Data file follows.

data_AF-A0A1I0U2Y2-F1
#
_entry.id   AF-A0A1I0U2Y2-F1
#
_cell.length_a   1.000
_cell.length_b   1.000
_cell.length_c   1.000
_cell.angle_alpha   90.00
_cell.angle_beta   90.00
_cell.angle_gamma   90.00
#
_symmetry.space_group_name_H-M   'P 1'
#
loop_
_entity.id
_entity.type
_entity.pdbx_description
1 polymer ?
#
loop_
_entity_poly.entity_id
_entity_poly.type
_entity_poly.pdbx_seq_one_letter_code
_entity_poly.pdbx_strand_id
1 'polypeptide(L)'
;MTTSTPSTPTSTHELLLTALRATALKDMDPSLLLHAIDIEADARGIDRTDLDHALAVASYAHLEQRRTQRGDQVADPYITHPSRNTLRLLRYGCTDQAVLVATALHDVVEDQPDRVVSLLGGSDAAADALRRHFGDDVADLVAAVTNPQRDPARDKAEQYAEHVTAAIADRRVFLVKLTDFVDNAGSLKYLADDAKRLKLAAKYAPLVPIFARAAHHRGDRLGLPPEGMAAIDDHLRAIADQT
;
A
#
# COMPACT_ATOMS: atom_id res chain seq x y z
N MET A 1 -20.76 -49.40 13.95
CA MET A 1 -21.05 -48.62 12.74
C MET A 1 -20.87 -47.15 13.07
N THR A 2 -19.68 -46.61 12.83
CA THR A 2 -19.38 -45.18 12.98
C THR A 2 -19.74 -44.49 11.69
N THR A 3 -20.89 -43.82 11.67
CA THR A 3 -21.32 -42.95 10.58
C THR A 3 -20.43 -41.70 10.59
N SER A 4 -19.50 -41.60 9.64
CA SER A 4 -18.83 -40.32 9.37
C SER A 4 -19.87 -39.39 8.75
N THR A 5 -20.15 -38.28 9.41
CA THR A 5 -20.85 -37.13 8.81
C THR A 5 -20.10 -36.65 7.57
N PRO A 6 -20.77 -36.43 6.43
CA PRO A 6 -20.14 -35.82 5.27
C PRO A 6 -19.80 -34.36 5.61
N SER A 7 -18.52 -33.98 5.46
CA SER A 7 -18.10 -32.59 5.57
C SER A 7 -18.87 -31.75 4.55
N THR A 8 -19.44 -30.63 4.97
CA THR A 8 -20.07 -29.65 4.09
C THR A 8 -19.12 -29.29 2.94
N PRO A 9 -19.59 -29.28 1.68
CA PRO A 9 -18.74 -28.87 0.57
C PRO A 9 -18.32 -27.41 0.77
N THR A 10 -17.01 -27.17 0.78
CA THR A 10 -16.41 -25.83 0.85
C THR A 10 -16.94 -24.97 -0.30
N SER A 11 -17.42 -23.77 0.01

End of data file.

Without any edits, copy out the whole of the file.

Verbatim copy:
data_AF-A0A1I0U2Y2-F1
#
_entry.id   AF-A0A1I0U2Y2-F1
#
_cell.length_a   1.000
_cell.length_b   1.000
_cell.length_c   1.000
_cell.angle_alpha   90.00
_cell.angle_beta   90.00
_cell.angle_gamma   90.00
#
_symmetry.space_group_name_H-M   'P 1'
#
loop_
_entity.id
_entity.type
_entity.pdbx_description
1 polymer ?
#
loop_
_entity_poly.entity_id
_entity_poly.type
_entity_poly.pdbx_seq_one_letter_code
_entity_poly.pdbx_strand_id
1 'polypeptide(L)'
;MTTSTPSTPTSTHELLLTALRATALKDMDPSLLLHAIDIEADARGIDRTDLDHALAVASYAHLEQRRTQRGDQVADPYITHPSRNTLRLLRYGCTDQAVLVATALHDVVEDQPDRVVSLLGGSDAAADALRRHFGDDVADLVAAVTNPQRDPARDKAEQYAEHVTAAIADRRVFLVKLTDFVDNAGSLKYLADDAKRLKLAAKYAPLVPIFARAAHHRGDRLGLPPEGMAAIDDHLRAIADQT
;
A
#
# COMPACT_ATOMS: atom_id res chain seq x y z
N MET A 1 -20.76 -49.40 13.95
CA MET A 1 -21.05 -48.62 12.74
C MET A 1 -20.87 -47.15 13.07
N THR A 2 -19.68 -46.61 12.83
CA THR A 2 -19.38 -45.18 12.98
C THR A 2 -19.74 -44.49 11.69
N THR A 3 -20.89 -43.82 11.67
CA THR A 3 -21.32 -42.95 10.58
C THR A 3 -20.43 -41.70 10.59
N SER A 4 -19.50 -41.60 9.64
CA SER A 4 -18.83 -40.32 9.37
C SER A 4 -19.87 -39.39 8.75
N THR A 5 -20.15 -38.28 9.41
CA THR A 5 -20.85 -37.13 8.81
C THR A 5 -20.10 -36.65 7.57
N PRO A 6 -20.77 -36.43 6.43
CA PRO A 6 -20.14 -35.82 5.27
C PRO A 6 -19.80 -34.36 5.61
N SER A 7 -18.52 -33.98 5.46
CA SER A 7 -18.10 -32.59 5.57
C SER A 7 -18.87 -31.75 4.55
N THR A 8 -19.44 -30.63 4.97
CA THR A 8 -20.07 -29.65 4.09
C THR A 8 -19.12 -29.29 2.94
N PRO A 9 -19.59 -29.28 1.68
CA PRO A 9 -18.74 -28.87 0.57
C PRO A 9 -18.32 -27.41 0.77
N THR A 10 -17.01 -27.17 0.78
CA THR A 10 -16.41 -25.83 0.85
C THR A 10 -16.94 -24.97 -0.30
N SER A 11 -17.42 -23.77 0.01